If you’re not familiar with the term Bangernomics, it’s an idea I’ve encountered in the UK about buying cheap - like, really cheap - cars, drive them as long as possible and then get rid of them when they start breaking down too often. Ideally, if the cars are cheap enough, and you find a lot of really cheap cars in the UK, compared to say, the US, you substantially lower your cost of running a car. Of course it also helps if you are in a place that has reasonable public transport infrastructure so you’re not 100% dependent on a car in the first place.
Certain financial expert talk radio hosts recommend something like this over here in the US, too, as a way to help to get out of debt by buying a car for around $1000, concentrate on paying of your debt and then eventually as the cash flow permits, upgrade your car, always paying cash for the next car.
While I’m a big fan of paying cash for vehicles - even if I occasionally break that rule myself - my experience with a lot of cheaper cars here in the US is that you have to be pretty mechanically savvy too keep them running long enough to make owning them make financial sense. Most $1000 are pretty close to the end of their lives, so breakdowns are a matter of if, not when. Breakdowns usually aren’t very helpful when it comes to holding down a job so unless you can cycle to work or use some other means of transport when your cheapomobile breaks down, you end up having to have some sort of backup vehicle to get you to work in case the main vehicle breaks down.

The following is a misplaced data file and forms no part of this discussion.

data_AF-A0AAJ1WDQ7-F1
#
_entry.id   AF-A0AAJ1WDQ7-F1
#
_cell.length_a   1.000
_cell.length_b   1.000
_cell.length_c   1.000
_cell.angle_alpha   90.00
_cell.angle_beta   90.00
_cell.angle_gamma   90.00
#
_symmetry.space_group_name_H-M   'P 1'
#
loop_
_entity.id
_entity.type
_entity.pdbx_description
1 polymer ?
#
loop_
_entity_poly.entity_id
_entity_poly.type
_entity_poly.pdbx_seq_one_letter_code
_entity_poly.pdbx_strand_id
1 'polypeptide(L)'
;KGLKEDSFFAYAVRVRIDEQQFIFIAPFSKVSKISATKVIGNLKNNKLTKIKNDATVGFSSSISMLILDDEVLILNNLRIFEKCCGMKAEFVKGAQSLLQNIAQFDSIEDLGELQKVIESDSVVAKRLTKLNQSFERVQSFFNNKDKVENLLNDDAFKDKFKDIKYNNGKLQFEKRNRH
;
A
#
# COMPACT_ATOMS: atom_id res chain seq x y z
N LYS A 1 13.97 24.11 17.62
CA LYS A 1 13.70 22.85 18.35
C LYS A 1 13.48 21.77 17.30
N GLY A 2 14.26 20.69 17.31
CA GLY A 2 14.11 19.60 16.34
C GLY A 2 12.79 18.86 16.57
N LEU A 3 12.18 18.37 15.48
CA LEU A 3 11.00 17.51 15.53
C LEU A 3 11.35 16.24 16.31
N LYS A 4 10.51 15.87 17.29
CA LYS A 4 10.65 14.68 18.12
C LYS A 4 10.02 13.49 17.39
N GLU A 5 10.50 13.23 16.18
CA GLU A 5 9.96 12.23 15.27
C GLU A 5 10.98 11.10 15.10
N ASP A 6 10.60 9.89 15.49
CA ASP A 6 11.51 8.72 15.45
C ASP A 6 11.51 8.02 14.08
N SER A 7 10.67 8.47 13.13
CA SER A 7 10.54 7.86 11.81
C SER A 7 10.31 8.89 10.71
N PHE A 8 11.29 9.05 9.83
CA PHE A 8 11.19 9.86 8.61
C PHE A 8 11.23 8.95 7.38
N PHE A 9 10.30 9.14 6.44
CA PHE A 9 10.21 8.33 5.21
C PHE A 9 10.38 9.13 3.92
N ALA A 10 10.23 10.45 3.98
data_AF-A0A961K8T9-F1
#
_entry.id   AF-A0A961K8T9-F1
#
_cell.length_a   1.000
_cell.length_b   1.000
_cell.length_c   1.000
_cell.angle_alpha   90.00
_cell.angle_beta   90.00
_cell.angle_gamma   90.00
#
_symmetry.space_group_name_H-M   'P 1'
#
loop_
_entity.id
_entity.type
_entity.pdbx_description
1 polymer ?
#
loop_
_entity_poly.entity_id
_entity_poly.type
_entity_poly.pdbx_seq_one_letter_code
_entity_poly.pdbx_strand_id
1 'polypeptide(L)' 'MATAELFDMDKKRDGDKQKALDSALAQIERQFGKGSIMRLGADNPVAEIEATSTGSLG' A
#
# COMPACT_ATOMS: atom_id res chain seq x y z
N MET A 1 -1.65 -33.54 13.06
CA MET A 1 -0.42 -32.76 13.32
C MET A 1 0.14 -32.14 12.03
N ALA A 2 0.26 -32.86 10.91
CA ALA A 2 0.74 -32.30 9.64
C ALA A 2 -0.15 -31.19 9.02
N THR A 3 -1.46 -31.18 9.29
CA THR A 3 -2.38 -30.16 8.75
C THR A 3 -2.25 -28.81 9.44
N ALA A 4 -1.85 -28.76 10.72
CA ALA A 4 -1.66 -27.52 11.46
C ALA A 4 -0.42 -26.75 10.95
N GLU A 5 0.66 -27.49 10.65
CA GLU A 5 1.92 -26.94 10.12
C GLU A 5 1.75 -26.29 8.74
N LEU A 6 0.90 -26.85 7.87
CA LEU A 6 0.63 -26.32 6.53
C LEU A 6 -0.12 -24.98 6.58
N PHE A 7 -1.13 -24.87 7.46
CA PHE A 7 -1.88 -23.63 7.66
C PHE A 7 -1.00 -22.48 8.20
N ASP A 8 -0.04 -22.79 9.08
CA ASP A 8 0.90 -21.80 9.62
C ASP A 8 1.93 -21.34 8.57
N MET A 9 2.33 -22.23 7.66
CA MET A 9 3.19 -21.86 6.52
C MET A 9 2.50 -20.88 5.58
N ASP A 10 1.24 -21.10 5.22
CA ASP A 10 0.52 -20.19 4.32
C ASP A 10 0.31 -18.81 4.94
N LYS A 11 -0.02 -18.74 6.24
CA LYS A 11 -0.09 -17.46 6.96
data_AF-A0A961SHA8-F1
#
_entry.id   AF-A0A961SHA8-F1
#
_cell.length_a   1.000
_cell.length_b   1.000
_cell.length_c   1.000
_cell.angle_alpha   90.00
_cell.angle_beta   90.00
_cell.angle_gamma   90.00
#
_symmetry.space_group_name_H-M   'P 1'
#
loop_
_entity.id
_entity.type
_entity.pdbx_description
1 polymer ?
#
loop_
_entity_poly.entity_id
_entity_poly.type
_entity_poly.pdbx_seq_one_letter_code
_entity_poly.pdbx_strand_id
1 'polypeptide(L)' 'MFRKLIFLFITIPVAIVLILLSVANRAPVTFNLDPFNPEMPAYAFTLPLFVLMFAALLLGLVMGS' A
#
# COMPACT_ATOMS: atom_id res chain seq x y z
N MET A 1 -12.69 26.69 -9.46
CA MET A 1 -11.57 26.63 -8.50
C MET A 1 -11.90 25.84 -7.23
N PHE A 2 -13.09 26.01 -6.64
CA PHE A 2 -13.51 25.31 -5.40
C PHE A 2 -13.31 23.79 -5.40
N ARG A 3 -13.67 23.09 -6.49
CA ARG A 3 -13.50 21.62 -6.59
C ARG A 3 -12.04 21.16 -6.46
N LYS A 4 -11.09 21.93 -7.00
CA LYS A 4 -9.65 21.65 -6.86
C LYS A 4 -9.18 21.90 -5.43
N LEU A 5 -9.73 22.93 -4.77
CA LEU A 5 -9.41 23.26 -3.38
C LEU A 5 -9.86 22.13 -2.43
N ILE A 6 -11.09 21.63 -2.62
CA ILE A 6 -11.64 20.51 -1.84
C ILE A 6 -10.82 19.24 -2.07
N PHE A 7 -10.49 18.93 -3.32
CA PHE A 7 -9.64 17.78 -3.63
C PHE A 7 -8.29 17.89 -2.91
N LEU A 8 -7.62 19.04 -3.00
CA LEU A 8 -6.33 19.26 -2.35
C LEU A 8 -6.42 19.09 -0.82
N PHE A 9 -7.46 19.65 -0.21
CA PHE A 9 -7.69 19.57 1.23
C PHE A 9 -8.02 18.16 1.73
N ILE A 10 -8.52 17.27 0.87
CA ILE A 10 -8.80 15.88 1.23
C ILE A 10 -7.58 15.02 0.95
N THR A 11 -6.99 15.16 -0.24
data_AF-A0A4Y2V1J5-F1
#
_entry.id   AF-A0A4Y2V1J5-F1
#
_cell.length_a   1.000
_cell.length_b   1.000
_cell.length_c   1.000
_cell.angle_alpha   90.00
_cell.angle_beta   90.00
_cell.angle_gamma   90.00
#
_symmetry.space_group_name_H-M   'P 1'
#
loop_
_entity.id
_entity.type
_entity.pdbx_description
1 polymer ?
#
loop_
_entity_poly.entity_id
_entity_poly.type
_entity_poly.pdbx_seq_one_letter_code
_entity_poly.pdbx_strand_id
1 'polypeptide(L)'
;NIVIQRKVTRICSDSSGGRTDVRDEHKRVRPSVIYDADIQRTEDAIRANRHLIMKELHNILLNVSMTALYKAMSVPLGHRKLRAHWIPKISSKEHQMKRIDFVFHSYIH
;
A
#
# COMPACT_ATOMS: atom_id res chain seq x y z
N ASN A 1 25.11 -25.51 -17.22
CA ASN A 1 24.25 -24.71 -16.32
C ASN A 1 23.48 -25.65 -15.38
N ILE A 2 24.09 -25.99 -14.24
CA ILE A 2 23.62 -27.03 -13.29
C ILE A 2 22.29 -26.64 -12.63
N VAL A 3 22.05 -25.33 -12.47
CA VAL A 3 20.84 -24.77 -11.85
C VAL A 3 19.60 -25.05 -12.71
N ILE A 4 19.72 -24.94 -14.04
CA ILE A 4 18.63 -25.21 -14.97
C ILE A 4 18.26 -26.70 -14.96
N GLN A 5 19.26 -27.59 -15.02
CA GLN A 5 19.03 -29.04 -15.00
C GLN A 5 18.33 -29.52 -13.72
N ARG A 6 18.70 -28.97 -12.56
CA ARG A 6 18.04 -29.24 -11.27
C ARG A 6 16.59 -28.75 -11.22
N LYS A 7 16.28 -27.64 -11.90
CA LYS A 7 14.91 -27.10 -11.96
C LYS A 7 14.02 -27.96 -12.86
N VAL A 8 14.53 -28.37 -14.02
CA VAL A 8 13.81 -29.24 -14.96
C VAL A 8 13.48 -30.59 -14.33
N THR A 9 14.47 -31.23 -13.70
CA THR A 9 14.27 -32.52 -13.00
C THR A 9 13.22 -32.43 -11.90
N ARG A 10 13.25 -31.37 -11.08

If you have enough money to buy/insure/tax/register multiple vehicles, you may want to consider buying a single, better condition car and drive that into the ground while only having the expense of running a single vehicle. I think you still have to be reasonably mechanically savvy to make it work, but you tend to stand a better chance with, say, a $4000 Honda than four $1000 Hondas.
Of course if you like having multiple vehicles and don’t mind working on them, you’re welcome to ignore the advice.